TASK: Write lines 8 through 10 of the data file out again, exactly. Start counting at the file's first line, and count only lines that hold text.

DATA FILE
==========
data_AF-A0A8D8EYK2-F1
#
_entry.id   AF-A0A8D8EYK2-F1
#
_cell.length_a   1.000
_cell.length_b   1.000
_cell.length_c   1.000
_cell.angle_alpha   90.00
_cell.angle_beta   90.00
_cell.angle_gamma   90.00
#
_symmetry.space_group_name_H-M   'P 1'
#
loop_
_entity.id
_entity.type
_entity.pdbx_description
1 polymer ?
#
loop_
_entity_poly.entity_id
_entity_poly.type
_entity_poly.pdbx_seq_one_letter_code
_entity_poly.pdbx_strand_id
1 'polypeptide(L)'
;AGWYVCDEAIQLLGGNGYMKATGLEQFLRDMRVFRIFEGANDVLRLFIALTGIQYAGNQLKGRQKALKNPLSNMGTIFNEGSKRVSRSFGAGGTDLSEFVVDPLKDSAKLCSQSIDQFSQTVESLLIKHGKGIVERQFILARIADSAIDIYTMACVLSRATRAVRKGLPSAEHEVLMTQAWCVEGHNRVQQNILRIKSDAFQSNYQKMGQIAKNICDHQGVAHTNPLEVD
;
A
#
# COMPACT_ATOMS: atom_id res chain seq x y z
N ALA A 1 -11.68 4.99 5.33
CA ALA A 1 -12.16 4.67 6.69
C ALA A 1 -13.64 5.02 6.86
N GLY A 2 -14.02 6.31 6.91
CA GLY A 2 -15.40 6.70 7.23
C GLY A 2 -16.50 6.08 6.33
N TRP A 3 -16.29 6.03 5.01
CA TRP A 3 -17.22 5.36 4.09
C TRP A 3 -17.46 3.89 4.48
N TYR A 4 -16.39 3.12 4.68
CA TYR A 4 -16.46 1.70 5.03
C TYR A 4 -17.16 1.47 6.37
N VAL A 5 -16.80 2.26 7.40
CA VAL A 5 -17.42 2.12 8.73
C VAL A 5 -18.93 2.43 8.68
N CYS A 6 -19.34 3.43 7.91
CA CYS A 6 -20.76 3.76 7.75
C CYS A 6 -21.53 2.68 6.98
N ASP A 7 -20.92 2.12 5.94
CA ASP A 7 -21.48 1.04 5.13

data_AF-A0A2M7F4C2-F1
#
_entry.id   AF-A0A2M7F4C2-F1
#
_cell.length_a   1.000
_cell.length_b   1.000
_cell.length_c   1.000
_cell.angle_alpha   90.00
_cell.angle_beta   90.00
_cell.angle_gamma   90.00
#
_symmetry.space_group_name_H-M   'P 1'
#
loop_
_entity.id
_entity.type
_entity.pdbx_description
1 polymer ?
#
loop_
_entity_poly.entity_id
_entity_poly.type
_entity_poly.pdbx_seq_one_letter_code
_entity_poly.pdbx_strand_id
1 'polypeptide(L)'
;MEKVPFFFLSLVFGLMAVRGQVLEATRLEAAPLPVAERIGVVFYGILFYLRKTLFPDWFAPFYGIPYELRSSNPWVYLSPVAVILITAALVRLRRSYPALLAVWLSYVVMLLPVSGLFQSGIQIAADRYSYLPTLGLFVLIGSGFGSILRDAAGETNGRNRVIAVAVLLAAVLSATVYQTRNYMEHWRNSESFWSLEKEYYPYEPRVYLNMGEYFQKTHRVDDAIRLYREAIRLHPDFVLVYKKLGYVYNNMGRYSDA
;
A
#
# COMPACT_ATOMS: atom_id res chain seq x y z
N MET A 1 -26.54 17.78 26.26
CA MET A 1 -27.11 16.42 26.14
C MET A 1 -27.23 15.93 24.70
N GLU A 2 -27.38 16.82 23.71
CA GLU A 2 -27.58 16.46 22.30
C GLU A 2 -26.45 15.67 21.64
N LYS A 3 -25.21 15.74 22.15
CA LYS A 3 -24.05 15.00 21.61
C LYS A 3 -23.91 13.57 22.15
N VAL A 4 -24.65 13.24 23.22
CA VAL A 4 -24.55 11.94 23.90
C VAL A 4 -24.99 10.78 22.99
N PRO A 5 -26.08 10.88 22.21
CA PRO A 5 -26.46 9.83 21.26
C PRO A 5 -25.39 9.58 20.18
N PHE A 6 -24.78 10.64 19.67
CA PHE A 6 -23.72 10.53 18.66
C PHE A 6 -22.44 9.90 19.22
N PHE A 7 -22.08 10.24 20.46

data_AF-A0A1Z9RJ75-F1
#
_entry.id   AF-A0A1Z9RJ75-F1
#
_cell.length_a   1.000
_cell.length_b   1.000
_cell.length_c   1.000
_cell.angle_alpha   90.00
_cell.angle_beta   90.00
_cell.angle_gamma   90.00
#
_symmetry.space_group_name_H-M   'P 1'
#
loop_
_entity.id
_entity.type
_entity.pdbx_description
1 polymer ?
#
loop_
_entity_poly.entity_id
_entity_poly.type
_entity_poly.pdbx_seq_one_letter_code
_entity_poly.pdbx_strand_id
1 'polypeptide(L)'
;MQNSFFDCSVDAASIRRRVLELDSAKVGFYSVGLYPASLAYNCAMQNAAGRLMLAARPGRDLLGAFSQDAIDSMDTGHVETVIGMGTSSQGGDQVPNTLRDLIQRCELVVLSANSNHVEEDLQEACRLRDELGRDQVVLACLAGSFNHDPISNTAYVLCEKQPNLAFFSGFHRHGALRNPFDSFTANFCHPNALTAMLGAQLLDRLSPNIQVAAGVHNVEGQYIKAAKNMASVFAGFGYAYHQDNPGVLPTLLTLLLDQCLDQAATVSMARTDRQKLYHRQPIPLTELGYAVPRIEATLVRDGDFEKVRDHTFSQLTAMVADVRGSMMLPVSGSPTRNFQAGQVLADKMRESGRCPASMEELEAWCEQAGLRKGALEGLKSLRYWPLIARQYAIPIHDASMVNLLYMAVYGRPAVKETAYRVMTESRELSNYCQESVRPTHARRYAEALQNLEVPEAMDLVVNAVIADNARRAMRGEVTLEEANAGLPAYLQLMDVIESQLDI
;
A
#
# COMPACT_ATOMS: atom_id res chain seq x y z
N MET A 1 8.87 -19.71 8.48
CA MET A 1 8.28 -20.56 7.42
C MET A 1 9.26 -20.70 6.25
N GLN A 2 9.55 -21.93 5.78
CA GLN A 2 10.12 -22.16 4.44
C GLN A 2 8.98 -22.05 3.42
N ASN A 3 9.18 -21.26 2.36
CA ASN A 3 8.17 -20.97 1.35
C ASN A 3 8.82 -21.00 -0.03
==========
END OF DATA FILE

_cell.angle_alpha   90.00
_cell.angle_beta   90.00
_cell.angle_gamma   90.00